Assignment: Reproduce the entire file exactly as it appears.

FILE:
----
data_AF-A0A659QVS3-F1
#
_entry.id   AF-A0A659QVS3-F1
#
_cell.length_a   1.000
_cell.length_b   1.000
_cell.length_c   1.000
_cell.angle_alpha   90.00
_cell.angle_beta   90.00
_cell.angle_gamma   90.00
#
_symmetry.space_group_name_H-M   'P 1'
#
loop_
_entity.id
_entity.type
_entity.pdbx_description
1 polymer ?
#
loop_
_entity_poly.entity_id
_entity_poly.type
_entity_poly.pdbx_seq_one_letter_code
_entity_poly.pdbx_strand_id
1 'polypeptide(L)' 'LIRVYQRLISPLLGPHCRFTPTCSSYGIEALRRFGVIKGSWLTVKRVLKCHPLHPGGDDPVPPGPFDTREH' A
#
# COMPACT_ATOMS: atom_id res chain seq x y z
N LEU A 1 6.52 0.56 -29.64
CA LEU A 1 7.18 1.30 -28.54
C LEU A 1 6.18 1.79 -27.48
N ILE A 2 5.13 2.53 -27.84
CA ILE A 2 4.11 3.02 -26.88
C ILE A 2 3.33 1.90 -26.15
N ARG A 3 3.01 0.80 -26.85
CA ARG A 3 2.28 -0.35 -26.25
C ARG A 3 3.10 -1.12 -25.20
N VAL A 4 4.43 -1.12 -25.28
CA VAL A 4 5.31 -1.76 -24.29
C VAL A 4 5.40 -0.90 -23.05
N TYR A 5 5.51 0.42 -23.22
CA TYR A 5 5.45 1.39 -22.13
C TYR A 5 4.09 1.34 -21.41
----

data_AF-A0A659QVS3-F1
#
_entry.id   AF-A0A659QVS3-F1
#
_cell.length_a   1.000
_cell.length_b   1.000
_cell.length_c   1.000
_cell.angle_alpha   90.00
_cell.angle_beta   90.00
_cell.angle_gamma   90.00
#
_symmetry.space_group_name_H-M   'P 1'
#
loop_
_entity.id
_entity.type
_entity.pdbx_description
1 polymer ?
#
loop_
_entity_poly.entity_id
_entity_poly.type
_entity_poly.pdbx_seq_one_letter_code
_entity_poly.pdbx_strand_id
1 'polypeptide(L)' 'LIRVYQRLISPLLGPHCRFTPTCSSYGIEALRRFGVIKGSWLTVKRVLKCHPLHPGGDDPVPPGPFDTREH' A
#
# COMPACT_ATOMS: atom_id res chain seq x y z
N LEU A 1 6.52 0.56 -29.64
CA LEU A 1 7.18 1.30 -28.54
C LEU A 1 6.18 1.79 -27.48
N ILE A 2 5.13 2.53 -27.84
CA ILE A 2 4.11 3.02 -26.88
C ILE A 2 3.33 1.90 -26.15
N ARG A 3 3.01 0.80 -26.85
CA ARG A 3 2.28 -0.35 -26.25
C ARG A 3 3.10 -1.12 -25.20
N VAL A 4 4.43 -1.12 -25.28
CA VAL A 4 5.31 -1.76 -24.29
C VAL A 4 5.40 -0.90 -23.05
N TYR A 5 5.51 0.42 -23.22
CA TYR A 5 5.45 1.39 -22.13
C TYR A 5 4.09 1.34 -21.41